- Chapter 24 -
t is surprising to observe what emerges from meetings. People hear different things. Or to put it more correctly, they hear the same things but give them different meanings. It is particularly interesting that people who have opposing viewpoints can attend the same meeting and come out with the strong conviction that what was said supports their respective positions, and they quote the same speaker to prove their points. Because of this conflict in what some hear, but also because it is desirable to clarify matters and to provide better understanding for all in attendance, it is useful to summarize a meeting before everyone departs.
Of course, if it is an official board or committee meeting, a secretary might be taking minutes to be circulated later, and such a verbal summary may not be necessary. But there are many meetings when this is not the case, and a summary is helpful. This is particularly true if a deal is being concocted and it is important for each person to understand what his or her rights and obligations are, or if some action is planned and each person has to know what to do.
A suggested procedure is to volunteer, "I would appreciate the opportunity to summarize what I believe we have said today to be sure I understand it." Rarely, if ever, will anyone object, and usually, even for the simplest and briefest meetings, there are some corrections and addenda to the summary. Frequently, it leads to a rather lengthy discussion and clarification, even after everyone thought the meeting was over and that all present understood the content. Summarizing a meeting takes a little skill, which can be improved with practice.
An outstanding practitioner of this is Sally Hayes who is professional in helping boards and committees go through evaluation procedures. We were having a meeting about the possibility of having a management study done for a non-profit organization. After a two hour discussion, she summed up, "This is what I hear you saying..." And in about four sentences, she put it all together. It was a pleasure to see the affirmative nods around the table.
Once I had a luncheon meeting with three men in the oil business to discuss a complicated deal. As the lunch was winding down, it appeared that we were ready to leave, each feeling he had a complete understanding of what had been decided. I asked for the opportunity to summarize what I thought had been concluded, to which they agreed. I had not gone far before I came to an important part of the deal, and it was apparent that it had not been resolved. There followed an animated conversation until the matter was clarified, and then I began again. When it was over, it was pointed out that I had forgotten to mention two aspects, which were then described by another person.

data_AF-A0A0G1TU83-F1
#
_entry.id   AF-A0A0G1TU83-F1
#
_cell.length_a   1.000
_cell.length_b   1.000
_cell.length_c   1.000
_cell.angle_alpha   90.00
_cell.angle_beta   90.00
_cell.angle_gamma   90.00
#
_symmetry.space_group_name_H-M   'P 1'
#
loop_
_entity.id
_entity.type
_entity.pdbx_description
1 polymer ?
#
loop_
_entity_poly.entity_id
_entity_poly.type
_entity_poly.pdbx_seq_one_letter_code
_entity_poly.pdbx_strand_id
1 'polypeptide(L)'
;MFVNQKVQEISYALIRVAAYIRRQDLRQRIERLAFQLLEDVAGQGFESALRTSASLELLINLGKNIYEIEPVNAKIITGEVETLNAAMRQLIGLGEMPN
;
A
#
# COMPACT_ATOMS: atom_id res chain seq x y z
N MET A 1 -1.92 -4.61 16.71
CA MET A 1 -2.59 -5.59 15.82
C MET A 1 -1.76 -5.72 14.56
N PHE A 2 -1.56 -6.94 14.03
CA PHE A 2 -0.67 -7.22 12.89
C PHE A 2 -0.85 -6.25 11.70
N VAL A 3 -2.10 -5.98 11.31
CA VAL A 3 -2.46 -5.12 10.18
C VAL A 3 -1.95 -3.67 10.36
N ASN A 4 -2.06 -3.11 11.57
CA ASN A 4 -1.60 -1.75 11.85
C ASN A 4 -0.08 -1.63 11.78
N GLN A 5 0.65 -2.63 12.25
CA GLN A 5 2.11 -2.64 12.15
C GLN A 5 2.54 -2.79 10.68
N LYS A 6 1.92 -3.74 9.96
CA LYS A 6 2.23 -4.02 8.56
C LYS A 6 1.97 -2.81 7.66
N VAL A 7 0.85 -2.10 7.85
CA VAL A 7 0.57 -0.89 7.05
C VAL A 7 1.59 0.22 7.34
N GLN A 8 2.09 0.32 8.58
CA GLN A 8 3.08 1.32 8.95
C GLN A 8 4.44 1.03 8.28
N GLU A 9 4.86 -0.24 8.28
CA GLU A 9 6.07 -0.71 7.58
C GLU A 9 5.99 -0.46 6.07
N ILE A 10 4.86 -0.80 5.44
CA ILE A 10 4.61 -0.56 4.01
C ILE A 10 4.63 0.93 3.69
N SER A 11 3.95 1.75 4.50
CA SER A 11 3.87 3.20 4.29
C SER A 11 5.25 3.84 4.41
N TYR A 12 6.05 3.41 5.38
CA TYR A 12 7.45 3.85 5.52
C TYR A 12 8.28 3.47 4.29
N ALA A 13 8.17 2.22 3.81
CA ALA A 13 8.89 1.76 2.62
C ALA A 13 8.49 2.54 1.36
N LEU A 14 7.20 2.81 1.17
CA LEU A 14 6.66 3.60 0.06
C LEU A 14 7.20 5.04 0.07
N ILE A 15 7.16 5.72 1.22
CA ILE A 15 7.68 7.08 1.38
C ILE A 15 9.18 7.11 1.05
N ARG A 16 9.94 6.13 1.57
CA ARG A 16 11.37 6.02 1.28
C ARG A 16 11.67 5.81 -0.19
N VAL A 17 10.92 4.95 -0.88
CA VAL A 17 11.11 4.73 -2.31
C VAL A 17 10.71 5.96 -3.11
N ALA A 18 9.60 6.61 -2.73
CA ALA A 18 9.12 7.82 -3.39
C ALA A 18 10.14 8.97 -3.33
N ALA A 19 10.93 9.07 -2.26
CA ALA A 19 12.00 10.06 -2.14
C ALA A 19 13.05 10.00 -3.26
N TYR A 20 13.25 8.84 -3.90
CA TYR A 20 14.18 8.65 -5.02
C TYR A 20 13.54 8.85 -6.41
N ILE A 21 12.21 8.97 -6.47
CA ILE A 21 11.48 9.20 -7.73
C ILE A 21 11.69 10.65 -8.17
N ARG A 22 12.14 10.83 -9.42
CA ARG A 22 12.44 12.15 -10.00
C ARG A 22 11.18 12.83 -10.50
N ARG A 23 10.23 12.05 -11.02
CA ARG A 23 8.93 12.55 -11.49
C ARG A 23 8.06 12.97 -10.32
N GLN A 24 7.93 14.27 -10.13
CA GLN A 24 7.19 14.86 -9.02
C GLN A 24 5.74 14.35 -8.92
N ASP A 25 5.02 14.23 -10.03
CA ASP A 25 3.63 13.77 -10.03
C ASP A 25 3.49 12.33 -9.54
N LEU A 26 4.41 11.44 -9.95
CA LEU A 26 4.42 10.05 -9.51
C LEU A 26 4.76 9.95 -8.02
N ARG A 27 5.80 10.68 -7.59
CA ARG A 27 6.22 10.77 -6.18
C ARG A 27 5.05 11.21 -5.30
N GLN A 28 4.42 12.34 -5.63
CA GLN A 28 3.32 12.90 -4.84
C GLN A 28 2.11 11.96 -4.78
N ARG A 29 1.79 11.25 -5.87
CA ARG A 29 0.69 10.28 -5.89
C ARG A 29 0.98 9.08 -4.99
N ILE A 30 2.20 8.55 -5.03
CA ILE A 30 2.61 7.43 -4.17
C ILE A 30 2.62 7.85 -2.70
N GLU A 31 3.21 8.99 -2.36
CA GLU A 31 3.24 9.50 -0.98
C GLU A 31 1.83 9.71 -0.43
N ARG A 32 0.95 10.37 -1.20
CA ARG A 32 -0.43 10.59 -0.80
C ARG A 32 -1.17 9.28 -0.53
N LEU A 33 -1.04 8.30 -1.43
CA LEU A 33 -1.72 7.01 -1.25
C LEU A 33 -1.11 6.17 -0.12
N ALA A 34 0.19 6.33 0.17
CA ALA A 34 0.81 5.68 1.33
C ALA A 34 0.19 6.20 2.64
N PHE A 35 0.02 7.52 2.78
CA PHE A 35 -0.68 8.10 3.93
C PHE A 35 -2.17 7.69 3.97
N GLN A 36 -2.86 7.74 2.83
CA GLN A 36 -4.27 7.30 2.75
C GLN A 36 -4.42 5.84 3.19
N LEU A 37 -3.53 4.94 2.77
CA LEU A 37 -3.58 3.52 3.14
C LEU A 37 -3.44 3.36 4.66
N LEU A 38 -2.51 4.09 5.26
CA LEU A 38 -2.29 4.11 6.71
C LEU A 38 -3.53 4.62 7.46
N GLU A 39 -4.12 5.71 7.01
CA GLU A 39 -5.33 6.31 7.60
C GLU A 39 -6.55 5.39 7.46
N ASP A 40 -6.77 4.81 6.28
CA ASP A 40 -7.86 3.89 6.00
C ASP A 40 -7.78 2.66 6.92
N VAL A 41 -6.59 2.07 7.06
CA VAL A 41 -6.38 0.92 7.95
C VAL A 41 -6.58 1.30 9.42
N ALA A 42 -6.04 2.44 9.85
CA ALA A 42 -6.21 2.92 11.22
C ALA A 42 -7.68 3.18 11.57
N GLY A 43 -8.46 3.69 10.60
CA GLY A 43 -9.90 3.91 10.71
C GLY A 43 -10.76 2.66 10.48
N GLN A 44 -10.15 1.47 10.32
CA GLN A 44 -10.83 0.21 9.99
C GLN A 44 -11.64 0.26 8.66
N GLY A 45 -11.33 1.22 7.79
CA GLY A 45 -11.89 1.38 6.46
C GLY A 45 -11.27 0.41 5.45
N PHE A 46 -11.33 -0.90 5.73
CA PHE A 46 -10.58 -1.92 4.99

It is clear that if I had not volunteered to give a summary, we would have left with an important point unresolved. Furthermore, repeating the terms helped reinforce them in our minds, and a reminder of the two points I had forgotten to mention was helpful.
There are times when it is wise, after a meeting, to write a letter to one or more of the participants relating your understanding of important points. If there is any disagreement, it should be straightened out as soon as possible before peoples' memories dim. It can be important at a later date to have a written record of commitments made.
A certain salesman was passed over for promotion in his organization. In his opinion, it had been unfair because he was convinced that his performance had been better than others who had been advanced beyond him, although he was aware that because his territory was more distant than others from headquarters, he had not been able to maintain the same contact with his superiors others had. He arranged a meeting with the vice-president in charge of sales, who promised to sponsor him for promotion at the next meeting at which such considerations were to come up. Subsequently, he found out that the V.P. had not even brought up his name, and later denied he ever made such a commitment. The salesman realized, after the fact, that it would have been wise to have written a letter to the V.P. confirming the commitment and providing him the opportunity to bring the matter up at a later date.
Such a letter might have been as follows:Mr. Robert R. Baxter, Vice President
The Shilling Corporation,
l522 Simsway Blvd.
Fairmont, TX 77378
I arrived in Chicago tonight and am looking forward to seeing Joe Gillian tomorrow morning. According to what he told me on my last visit, his inventory is running low and I expect a good order.
I appreciated the visit we had yesterday.
I was especially glad to hear you say that my performance had been impressive. I should have seen to it that the two Cordell sales had been recorded before the end of the month.
Also, I was grateful that you agreed to sponsor me for promotion at the meeting which will take place on October 10. Naturally, I will look forward to hearing the results.
If it is an agreement among friends, it should also be written out in detail and preferably with copies, each of which have been signed by all parties involved. Someone may say, "Oh, we don't need that. We're friends, and there is no disagreement.", but it is amazing how, with time, different people have different memories of what took place and what was agreed upon, and it is wise to have it in written form. It might save a friendship!
A written summary of a meeting or an agreement can provide common understanding and avoid future problems.